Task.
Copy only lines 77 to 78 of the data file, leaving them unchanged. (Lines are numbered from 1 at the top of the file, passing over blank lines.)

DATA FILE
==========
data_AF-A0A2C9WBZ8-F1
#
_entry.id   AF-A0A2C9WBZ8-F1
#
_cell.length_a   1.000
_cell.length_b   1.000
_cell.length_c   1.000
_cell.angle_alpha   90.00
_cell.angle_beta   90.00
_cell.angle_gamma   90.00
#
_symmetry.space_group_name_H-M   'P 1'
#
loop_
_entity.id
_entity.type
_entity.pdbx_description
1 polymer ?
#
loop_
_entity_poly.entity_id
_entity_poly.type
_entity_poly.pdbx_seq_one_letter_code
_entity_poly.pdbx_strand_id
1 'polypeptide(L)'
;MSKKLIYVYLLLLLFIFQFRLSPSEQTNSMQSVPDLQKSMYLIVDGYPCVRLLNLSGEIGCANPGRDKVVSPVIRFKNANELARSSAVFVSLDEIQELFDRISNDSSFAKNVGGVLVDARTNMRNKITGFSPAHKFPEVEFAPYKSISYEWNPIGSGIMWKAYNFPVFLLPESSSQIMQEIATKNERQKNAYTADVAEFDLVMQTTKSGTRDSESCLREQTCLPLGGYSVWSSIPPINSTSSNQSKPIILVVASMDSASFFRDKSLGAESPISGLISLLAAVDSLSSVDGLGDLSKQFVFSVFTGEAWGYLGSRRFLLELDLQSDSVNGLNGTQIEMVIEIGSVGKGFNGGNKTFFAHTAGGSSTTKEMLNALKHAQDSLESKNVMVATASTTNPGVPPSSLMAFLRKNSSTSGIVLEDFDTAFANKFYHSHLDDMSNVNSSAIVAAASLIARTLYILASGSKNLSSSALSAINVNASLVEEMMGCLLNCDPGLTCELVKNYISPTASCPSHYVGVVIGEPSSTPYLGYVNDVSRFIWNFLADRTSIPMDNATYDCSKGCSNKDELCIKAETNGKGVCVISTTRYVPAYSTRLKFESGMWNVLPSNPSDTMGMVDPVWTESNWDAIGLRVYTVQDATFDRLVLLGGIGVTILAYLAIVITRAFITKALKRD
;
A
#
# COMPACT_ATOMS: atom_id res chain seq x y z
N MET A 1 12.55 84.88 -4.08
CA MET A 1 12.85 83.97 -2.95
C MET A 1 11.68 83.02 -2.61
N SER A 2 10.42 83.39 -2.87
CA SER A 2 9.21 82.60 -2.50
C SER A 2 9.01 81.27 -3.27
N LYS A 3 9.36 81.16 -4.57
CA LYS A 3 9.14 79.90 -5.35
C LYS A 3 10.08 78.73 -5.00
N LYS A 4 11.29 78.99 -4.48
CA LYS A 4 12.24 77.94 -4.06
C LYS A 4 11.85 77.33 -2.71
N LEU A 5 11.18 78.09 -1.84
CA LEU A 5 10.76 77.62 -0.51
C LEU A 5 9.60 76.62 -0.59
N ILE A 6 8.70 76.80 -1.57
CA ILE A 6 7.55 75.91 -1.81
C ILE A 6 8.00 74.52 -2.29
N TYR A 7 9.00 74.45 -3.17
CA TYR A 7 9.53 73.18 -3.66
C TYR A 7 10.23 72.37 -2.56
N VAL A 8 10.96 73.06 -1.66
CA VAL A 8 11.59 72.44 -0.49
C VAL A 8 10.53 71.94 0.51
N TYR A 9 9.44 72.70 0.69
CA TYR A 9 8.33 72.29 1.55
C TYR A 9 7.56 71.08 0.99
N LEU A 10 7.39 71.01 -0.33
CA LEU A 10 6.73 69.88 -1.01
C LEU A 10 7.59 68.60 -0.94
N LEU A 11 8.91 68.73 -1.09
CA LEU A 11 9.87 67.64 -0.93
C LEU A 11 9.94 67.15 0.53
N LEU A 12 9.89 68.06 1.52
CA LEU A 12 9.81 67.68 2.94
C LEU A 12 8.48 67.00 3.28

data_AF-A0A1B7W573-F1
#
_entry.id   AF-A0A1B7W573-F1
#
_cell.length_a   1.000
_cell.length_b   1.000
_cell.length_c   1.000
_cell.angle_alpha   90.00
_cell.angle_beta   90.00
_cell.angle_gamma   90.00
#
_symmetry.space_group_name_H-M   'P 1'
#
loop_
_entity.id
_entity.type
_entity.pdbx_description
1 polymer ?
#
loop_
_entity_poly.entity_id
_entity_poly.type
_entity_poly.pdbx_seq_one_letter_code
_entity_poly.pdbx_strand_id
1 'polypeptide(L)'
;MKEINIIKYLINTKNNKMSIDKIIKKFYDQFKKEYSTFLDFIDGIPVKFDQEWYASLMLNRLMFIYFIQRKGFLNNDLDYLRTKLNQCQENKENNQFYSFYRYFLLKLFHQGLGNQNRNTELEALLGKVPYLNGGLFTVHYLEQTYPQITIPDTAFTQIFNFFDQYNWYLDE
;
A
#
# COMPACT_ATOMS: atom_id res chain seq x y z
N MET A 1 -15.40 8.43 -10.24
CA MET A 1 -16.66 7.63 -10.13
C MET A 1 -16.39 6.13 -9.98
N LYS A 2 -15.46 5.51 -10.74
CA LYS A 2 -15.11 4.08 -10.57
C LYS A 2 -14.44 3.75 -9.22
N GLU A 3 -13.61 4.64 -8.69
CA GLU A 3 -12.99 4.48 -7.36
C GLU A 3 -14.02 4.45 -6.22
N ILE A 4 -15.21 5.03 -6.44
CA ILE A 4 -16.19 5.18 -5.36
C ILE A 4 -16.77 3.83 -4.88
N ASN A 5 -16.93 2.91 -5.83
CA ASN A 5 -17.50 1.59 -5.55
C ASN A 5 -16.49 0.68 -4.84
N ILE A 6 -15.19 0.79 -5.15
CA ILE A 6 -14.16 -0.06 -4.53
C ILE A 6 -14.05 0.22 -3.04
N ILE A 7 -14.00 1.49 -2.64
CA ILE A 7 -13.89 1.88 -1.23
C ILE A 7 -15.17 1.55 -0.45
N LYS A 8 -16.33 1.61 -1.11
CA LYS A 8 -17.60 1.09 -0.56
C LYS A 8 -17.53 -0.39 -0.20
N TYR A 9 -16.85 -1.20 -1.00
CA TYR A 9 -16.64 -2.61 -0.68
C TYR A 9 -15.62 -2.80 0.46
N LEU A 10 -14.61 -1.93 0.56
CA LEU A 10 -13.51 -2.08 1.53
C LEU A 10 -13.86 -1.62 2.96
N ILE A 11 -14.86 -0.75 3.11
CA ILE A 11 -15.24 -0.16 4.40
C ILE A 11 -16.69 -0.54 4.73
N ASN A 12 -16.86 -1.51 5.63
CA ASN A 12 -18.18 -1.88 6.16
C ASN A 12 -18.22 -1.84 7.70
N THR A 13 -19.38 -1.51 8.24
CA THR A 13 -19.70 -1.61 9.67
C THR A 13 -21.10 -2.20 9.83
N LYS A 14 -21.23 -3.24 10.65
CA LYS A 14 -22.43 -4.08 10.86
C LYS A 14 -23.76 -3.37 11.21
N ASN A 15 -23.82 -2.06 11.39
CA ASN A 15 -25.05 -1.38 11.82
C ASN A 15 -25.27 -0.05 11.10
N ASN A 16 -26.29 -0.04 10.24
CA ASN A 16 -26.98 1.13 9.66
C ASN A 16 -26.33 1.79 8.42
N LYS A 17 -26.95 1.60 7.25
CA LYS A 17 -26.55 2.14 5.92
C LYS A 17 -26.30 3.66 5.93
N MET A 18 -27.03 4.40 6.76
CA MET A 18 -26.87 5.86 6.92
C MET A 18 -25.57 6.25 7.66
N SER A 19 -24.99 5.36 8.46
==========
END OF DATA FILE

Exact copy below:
#
_symmetry.space_group_name_H-M   'P 1'